US 20020068767 A1
A container for liquid inhalation anesthetics, more particularly, an aluminum container that is suitable for storing halogenated inhalation anesthetics is described.
1. A pharmaceutical product comprising a halogenated inhalation anesthetic contained within an aluminum container.
2. The pharmaceutical product of
3. The pharmaceutical product of
4. The pharmaceutical product of
5. The pharmaceutical product of
6. The pharmaceutical product of
7. The pharmaceutical product of
8. The pharmaceutical product of
 The present application claims priority on Provisional U.S. application Ser. No. 60/233302, filed Sep. 15, 2000, which is incorporated herein by reference.
 The present invention relates to containers for liquid inhalation anesthetics, more particularly, to aluminum containers that are suitable for storing halogenated inhalation anesthetics.
 Containers, such as those of the present invention, are used to store the liquid anesthetic agent, and to dispense it to a device for administering the agent to a patient. These devices are known in the art as “vaporizers”, which mate with the container, receive the liquid anesthetic through an orifice in the container, vaporize the anesthetic, mix it with oxygen and optionally other gases, and mete out the gaseous mixture to the patient.
 Inhalation anesthetics have traditionally been stored in glass containers. These containers, however, possess certain drawbacks. Glass requires careful handling to avoid breakage, and when breakage does occur, product is lost and injury may occur. In addition, it has been theorized that the inhalation anesthetic may react with components of the glass, leading to certain degradation products. C.f. U.S. Pat. No. 5,990,176.
 A number of patents have taught the use of plastic containers for inhalation anesthetics and, in particular, sevoflurane. For example, U.S. Pat. No. 4,250,334 teaches the use of “Kel-F” plastic for a container for holding sevoflurane. “Kel-F” is understood to be the trade name for chlorotrifluoroethylene. U.S. Pat. No. 5,679,576 teaches the use of a container lined with PTFE, or polytetrafluoroethylene, for holding sevoflurane. U.S. Pat. No. 5,505,236, teaches the use of a plastic container with an inhalation anesthetic. While not specifically naming the inhalation anesthetic, it is believed that the commercial embodiment of the system shown in the '236 patent has been used with the anesthetic sevoflurane. Despite the existence of these patents teaching plastic containers to hold sevoflurane, a number of additional patents have recently issued that have taught the use of particular types of plastic for containers to hold sevoflurane. See, e.g., U.S. Pat. Nos. 6,074,668 (polyethylene napthalate), 6,083,514 (polymethylpentene) and 6,162,443 (polypropylene, polyethylene and ionomeric resins). The present invention presents an alternative type of container (aluminum) to hold sevoflurane.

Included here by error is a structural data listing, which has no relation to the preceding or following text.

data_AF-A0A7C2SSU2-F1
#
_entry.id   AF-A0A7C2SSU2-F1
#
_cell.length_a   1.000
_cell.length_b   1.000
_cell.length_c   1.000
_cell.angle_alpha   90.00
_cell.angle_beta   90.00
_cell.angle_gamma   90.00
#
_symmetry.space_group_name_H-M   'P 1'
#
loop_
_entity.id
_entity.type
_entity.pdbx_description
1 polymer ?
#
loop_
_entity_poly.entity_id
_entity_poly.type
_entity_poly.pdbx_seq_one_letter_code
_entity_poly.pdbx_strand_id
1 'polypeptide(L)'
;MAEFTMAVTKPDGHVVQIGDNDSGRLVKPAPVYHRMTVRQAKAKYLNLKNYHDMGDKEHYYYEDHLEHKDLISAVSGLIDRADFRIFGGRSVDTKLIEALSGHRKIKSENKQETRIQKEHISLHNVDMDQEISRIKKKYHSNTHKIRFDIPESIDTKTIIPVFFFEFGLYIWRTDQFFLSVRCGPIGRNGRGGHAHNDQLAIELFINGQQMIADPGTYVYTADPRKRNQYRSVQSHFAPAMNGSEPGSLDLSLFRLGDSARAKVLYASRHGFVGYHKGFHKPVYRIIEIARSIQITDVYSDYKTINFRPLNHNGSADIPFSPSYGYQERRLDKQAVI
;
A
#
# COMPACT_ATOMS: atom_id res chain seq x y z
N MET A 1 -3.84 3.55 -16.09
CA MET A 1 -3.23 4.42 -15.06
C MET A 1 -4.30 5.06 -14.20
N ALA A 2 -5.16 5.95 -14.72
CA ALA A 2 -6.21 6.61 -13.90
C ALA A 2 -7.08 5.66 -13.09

In addition, containers for inhalation anesthetics made of certain plastics have been proposed. C.f. WO 99/34762, U.S. Pat. Nos. 6,074,668 and 6,162,443 and U.S. Patent Application Publication No. U.S. 2001/0000729 A1. While plastic containers are less likely to break than glass containers, they are still susceptible to breakage under common use conditions. Moreover, many plastics tend to be vapor permeable, allowing the inhalation anesthetic to escape the container and ambient vapors to enter the container over time, leading to possible contamination. Also, plastic containers are subject to deformation when exposed to elevated temperatures, which may be required during processing and treatment of the inhalation anesthetic-containing containers. Moreover, inhalation anesthetics have strong organic solvent properties, which typically will dissolve and/or react with the plastic material, leading to measurable impurities in the inhalation anesthetic.
 Containers for sevoflurane have also been made of stainless steel. For example, U.S. Pat. No. 5,990,176 describes a container made of glass, plastic or stainless steel for holding sevoflurane. Metal containers have been used for various types of pharmaceutical products, as well as food and beverages. U.S. Pat. No. 6,008,273 describes an epoxy resin for coating the inside of a metal container for use as a food or beverage container.
 The present invention overcomes the drawbacks of the prior art by providing a pharmaceutical product comprising a halogenated inhalation anesthetic stored within an aluminum container. It has been found that aluminum containers provide structural integrity, inertness and vapor-barrier properties that are well-suited for storage and handling of such inhalation anesthetics. In addition, aluminum is light in weight, resistant to heat-deformation, easily recycled and protects the inhalation anesthetic from light-induced degradation.
 In further embodiments, the container is provided with an orifice for filling or removing the fluoroether-containing halogenated inhalation anesthetic, and a closure for the orifice. The closure preferably has a lining that helps the closure retain the desirable characteristics of the aluminum container. Alternatively, the closure may be provided with a valve assembly for regulating the flow of anesthetic. The closure may also be provided with indexing elements specially configured and unique to the particular inhalation anesthetic housed in the container to help ensure the anesthetic is administered only by the vaporizer for which it is designed.
 The aluminum container may also be provided with a lining for added inertness. Typically, the container will be bottle-shaped.